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I am currently developping a library for a binary application protocol. The following code sample does not compile (static methods definition not allowed in abstract type. Too bad :(), but shows my intention :

public abstract class CmdBody<T>
{
    public static abstract byte[] ToBytes(T cmdBody);
    public abstract int GetLength();
}

public class CmdBodyA : CmdBody<CmdBodyA>
{
    static override byte[] ToBytes(CmdBodyA cmdBody) 
    { // Implementation }
}

public class CmdBodyB : CmdBody<CmdBodyB>
{
    static override byte[] ToBytes(CmdBodyB cmdBody)
    { // Implementation }
}

[...]

public class Cmd<T>
{ 
    public CmdHeader Header { get; set; }
    public CmdBody<T> Body { get; set; }

    public byte[] ToBytes()
    {
        byte[] cmdBytes = new byte[Header.GetLength() + Body.GetLength()];
        Header.ToBytes().CopyTo(cmdBytes, 0);
        Body.ToBytes().CoptyTo(cmdBytes, Header.GetLength());

        return cmdBytes;
    } 
}

So pretty basic stuff, a Cmd consists of an Header and a Body, Header type being common to all Cmd(s) and Body having different parameters (properties) depending of the Cmd type, and I would like to work with Cmd objects, and to be able to call ToBytes() on them to send them over the network.

In my real implementation I am using conversion operator instead of ToBytes() method, but I wanted to keep the code sample simple, at the end it does the same job.

I have many different command types, and I can't work out a solution to keep it simple and achieving what I want with just a single generic Cmd type. The only solution I can think of would be to get rid of the static method in the base CmdBody class, get rid of the generic aspect and for each CmdBody type make an associated Cmd class (class CmdA, class CmdB ...) but this will incur a lot of code duplication at the end of the day.

Any idea for a nice desing to help me work arround this ?

share|improve this question
    
Is it possible you're looking for an interface, rather than an abstract type? An abstract type is used to define classes that inherit from it, where an interface is used to define required methods and fields for a class to implement. –  Pheonixblade9 Aug 3 '12 at 18:25
    
Doesn't matter here. Interface or abstract classes can't define static methods, the design problem would remain. –  darkey Aug 3 '12 at 18:26
    
=/ You cannot define static methods without implementation on abstract classes. (A static member cannot be marked as override, virtual, or abstract) –  marcoaoteixeira Aug 3 '12 at 18:27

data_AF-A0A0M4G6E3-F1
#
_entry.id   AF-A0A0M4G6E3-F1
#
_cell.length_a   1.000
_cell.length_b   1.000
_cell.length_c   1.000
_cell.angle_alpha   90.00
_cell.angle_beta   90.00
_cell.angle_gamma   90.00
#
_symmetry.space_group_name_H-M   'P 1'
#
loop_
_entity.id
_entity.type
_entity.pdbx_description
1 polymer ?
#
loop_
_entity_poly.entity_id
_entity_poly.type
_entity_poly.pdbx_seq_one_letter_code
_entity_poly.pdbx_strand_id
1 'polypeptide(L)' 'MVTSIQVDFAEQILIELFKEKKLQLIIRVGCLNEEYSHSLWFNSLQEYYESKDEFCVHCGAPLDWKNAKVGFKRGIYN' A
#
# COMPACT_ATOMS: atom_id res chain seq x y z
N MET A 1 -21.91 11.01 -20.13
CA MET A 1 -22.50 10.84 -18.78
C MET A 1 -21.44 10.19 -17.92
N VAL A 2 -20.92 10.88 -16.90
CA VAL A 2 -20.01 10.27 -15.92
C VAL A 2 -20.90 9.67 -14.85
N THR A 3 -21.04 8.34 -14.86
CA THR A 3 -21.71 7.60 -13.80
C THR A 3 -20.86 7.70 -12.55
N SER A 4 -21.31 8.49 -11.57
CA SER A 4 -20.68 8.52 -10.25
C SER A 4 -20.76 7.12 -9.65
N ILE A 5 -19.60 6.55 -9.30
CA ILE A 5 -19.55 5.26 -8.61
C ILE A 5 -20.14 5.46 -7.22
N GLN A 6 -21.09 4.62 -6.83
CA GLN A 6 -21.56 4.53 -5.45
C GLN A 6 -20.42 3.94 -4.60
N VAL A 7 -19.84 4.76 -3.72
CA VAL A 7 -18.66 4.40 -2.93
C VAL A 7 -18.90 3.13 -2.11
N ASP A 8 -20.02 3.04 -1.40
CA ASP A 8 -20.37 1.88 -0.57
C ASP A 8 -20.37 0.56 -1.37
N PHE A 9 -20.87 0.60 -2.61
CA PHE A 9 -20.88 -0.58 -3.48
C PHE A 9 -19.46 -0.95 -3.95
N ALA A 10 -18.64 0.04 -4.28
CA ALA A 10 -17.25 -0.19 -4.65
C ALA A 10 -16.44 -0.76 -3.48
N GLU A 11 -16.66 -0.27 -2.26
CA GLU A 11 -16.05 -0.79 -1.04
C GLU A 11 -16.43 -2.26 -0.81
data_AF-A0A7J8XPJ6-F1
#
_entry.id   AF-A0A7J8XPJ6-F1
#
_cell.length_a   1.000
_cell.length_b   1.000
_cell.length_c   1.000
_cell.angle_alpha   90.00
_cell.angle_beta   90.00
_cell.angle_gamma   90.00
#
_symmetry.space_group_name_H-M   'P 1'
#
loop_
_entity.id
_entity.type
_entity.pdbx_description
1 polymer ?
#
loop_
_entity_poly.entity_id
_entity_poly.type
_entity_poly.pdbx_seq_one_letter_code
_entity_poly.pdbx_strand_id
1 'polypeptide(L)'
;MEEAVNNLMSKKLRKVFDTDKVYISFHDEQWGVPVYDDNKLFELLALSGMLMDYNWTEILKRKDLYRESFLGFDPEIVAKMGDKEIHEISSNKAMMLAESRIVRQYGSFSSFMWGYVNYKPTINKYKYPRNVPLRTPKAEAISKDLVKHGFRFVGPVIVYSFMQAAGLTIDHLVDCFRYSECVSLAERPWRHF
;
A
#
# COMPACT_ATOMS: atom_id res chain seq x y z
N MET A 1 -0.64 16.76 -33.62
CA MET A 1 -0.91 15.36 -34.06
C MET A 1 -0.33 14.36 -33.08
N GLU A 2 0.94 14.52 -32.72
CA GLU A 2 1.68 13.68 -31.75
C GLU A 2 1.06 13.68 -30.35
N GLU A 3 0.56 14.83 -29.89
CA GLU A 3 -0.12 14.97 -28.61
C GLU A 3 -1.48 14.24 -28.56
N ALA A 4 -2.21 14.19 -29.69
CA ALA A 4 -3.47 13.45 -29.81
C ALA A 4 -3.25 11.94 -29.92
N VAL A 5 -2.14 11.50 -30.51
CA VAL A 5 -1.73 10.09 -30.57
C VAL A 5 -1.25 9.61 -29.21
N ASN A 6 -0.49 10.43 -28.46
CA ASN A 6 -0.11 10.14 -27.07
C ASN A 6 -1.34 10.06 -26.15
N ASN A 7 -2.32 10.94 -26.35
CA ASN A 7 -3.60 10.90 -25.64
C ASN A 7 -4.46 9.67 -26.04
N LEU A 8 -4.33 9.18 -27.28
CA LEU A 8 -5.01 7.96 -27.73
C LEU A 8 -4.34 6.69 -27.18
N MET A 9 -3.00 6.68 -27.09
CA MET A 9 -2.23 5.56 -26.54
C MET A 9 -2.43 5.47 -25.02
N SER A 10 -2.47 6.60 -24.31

@Pheonixblade9 he does want an contract (interface), but saying 'to derive you also have to provide a static method ToBytes'. –  payo Aug 3 '12 at 18:28
    
It makes sense you can't define a static stub - static methods (or variables) are singular per Class i.e. its inheritable but not override able. You should define the implementation in the abstract class. By the looks of it you are using generics which should allow you the ability to pass in any type and you would use generic contraints to define what types T should be. –  Paul Sullivan Aug 3 '12 at 18:30

1 Answer 1

up vote 12 down vote accepted

You can't have "virtual" static methods, as virtual/abstract/override suggests an instance being overridden at runtime.

You could do something like this, however:

public abstract class CmdBody
{
    public static byte[] ToBytes<T>(T cmdBody) where T : CmdBody
    {
         return cmdBody.ToBytes();
    }

    protected abstract byte[] ToBytes();

    public abstract int GetLength();
}

public class CmdBodyA : CmdBody
{
    protected override byte[] ToBytes() 
    { // Implementation }
}

public class CmdBodyB : CmdBody
{
    protected override byte[] ToBytes() 
    { // Implementation }
}

This allows each "CmdBody" type to define how it's serialized itself, but the base class static method to be the only publicly visible way to access it.

That being said, given your use case, there's no reason for making this static at all. You can just do:

public abstract class CmdBody
{
    public abstract byte[] ToBytes();

    public abstract int GetLength();
}

public class CmdBodyA : CmdBody
{
    public override byte[] ToBytes() 
    { // Implementation }
}

public class CmdBodyB : CmdBody
{
    public override byte[] ToBytes() 
    { // Implementation }
}


public class Cmd<T> where T : CmdBody
{ 
    public CmdHeader Header { get; set; }
    public T Body { get; set; }

    public byte[] ToBytes()
    {
        byte[] cmdBytes = new byte[Header.GetLength() + Body.GetLength()];
        Header.ToBytes().CopyTo(cmdBytes, 0);
        Body.ToBytes().CopyTo(cmdBytes, Header.GetLength());

        return cmdBytes;
    } 
}
share|improve this answer
    
Woooo ! Very nice work arround in your first code sample. Sexy stuff :) And thanks a lot for your second proposal (you just should edit it to remove one of the ToBytes() definition in CmdBody). Thanks a lot ! –  darkey Aug 3 '12 at 18:35
    
@darkey Fixed the ToBytes things... –  Reed Copsey Aug 3 '12 at 19:31

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